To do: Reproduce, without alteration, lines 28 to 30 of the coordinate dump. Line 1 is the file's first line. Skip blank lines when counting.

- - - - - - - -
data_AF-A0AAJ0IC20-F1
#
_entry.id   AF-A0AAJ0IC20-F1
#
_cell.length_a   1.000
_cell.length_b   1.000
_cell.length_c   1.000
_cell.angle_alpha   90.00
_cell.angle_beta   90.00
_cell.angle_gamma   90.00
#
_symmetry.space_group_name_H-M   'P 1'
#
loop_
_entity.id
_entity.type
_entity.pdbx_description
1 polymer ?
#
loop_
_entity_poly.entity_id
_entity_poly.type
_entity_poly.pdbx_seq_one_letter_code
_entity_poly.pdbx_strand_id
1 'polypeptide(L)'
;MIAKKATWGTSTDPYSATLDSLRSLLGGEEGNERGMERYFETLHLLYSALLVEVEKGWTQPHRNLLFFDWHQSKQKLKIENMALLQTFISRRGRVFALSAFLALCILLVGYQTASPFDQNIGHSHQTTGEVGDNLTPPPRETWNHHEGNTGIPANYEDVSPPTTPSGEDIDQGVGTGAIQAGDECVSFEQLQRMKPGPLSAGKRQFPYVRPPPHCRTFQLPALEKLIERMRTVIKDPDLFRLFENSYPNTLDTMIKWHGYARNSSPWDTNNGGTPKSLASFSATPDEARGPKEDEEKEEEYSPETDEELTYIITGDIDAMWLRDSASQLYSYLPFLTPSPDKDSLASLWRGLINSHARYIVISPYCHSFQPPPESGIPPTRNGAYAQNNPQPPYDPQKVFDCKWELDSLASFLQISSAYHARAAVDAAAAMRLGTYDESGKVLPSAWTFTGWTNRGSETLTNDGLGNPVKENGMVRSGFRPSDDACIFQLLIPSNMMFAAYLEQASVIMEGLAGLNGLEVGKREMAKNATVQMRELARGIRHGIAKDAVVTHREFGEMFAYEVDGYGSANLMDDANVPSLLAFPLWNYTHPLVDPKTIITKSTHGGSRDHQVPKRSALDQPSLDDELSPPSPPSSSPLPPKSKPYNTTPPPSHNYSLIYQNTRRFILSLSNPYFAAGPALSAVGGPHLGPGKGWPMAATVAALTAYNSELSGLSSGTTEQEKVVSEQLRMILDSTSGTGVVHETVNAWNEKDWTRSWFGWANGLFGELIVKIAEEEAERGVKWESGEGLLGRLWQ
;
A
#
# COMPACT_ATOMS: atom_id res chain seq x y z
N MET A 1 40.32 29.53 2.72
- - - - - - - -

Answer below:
A
#
# COMPACT_ATOMS: atom_id res chain seq x y z